# How can screwing a massively heavy object to a wall with four screws (like a water tank) be safe? I feel its always going to fall, taking a piece of the wall with it.

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Or screwing workout equipment which you constantly pull with your own weight.

EDIT: Forgot to add, I’m not in the US, I’m talking about brick or concrete walls, not drywalls. Although probably the basic principle applies when it comes to explaining how force works.

In: Physics

You don’t screw it into the plaster. You screw it through the plaster and into the wooden post behind it. You find the wooden post behind it by using a magnet to detect the nails.

First, you don’t screw it into the wall, you screw it into the wooden studs within the wall. Screwing into drywall or plaster alone is insufficient for anything but the lightest loads.

Second, if you’re dealing with any sort of significant loads you don’t want to use regular screws you want to use lag screws, which are basically a cross between a big ass bolt and a screw. Normal screws just can’t handle the sheer forces or pullout forces a lag screw can.

If you’re screwing it onto the drywall or plaster instead of the wooden studs, then yes, it would eventually fall.

Screws, bolts, and nuts produce an incredible amount of clamping force. A screw is basically two very low incline ramps or shims being pushed against each other. It takes very little force turning the screw (torque) to create a huge force in the axis of the screw or clamping force. For example the force holding your wheels to your cars is over ten times the weight of the car PER WHEEL. Just from 5 little nuts torqued to ~100ft/lbs or someone pressing a foot long wrench with 100lbs of force.

Edit: Misread the point of the question, yes typically heavy things are not screwed into the drywall but into the frame of the house itself.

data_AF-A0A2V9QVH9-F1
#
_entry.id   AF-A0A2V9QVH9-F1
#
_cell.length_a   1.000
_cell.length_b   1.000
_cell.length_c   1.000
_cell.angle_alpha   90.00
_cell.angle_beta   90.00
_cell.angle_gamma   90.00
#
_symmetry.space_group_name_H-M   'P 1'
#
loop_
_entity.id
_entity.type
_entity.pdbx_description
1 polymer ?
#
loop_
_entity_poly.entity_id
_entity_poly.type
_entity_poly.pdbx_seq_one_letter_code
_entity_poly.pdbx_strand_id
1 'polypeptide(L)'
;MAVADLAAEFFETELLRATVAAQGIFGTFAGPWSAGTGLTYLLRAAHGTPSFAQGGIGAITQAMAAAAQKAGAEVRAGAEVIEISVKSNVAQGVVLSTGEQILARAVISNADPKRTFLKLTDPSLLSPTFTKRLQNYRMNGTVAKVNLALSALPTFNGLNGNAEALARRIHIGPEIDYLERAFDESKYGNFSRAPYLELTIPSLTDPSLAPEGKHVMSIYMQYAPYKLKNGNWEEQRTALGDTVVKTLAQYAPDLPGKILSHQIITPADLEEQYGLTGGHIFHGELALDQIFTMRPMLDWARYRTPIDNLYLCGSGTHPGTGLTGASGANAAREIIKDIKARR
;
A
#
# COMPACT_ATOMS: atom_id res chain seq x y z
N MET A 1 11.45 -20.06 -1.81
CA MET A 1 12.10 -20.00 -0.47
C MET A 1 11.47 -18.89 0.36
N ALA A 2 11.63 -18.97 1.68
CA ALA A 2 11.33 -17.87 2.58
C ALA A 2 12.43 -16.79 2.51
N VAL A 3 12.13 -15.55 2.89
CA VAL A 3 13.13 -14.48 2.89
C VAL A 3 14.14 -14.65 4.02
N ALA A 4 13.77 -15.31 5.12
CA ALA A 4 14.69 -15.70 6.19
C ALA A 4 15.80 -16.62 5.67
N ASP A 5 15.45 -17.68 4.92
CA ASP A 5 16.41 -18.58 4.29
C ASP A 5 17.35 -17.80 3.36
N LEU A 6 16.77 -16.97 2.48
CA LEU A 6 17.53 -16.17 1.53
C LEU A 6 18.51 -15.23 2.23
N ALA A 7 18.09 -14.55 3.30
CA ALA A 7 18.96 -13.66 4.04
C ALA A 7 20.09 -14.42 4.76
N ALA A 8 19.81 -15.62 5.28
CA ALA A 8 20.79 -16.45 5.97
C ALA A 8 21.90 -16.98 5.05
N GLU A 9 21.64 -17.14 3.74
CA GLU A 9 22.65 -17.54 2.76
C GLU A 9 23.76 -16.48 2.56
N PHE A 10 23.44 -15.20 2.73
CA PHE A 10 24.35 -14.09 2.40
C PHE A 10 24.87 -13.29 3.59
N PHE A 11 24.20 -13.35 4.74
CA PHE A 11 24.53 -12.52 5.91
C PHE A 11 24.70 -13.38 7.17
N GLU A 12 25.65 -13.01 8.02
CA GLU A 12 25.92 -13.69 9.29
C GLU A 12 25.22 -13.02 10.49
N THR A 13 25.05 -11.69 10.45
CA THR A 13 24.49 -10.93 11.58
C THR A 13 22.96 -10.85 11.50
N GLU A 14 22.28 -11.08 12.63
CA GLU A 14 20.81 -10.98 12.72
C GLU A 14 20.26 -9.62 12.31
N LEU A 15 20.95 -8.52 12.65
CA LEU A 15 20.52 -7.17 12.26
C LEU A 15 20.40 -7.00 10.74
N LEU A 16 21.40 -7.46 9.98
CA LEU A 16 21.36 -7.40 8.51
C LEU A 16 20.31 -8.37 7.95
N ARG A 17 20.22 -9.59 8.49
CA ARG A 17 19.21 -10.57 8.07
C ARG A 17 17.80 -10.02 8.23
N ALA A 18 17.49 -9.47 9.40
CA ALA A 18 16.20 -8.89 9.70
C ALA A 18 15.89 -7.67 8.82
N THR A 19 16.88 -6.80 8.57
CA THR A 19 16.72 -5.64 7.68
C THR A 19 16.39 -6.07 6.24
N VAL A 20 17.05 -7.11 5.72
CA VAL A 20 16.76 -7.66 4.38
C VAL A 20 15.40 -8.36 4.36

You guys have plasters and wood for walls? I got concrete.

Most of the force applied is pulling DOWN on the wall, not out from the wall, as long as the bolt/anchors are sufficiently deep into the wall. You can easily place a water tank or your body weight on top of a wall without worrying about whether the wall will be crushed, and that’s essentially what’s happening when you mount something properly. You’re creating a vertical force (mostly) at the mounting site. Note that the farther you place the center of mass of whatever object you’re attaching to the wall from the wall itself (like a really long platform), the more you’re going to need to drive the anchors/bolts deeper or add some additional support (like an angled support bracket) to transfer more of the horizontal load to the wall for vertical support.

Screws in bricks/concrete are basically friction fit: you put in the plastic sleeve which is already snug in a hole if properly drilled, then put the screw in. The screw is like an inclined plane as somebody else said it and has immense mechanical leverage. It expands the sleeve and crushes it into the rough surface of the hole with extreme force. A well chosen fastener will not be that much weaker than directly casting that screw into the concrete/brick. Nevertheless there are supplementary products than can be sprayed into thehole to make extra sure things stay in. The big ones used for mounting water heaters plus the epoxy hole filler get you a screw that [takes more than a ton to pull out](https://link.springer.com/article/10.1617/s11527-020-01536-2#Tab4).

A lot of people have added stuff but another major factor is most force is going to be towards the ground and so perpendicular to the fastener. Things that are designed to be attached to the wall generally have the most weight placed as close to the wall as possible so there is the least amount of pulling away from the wall.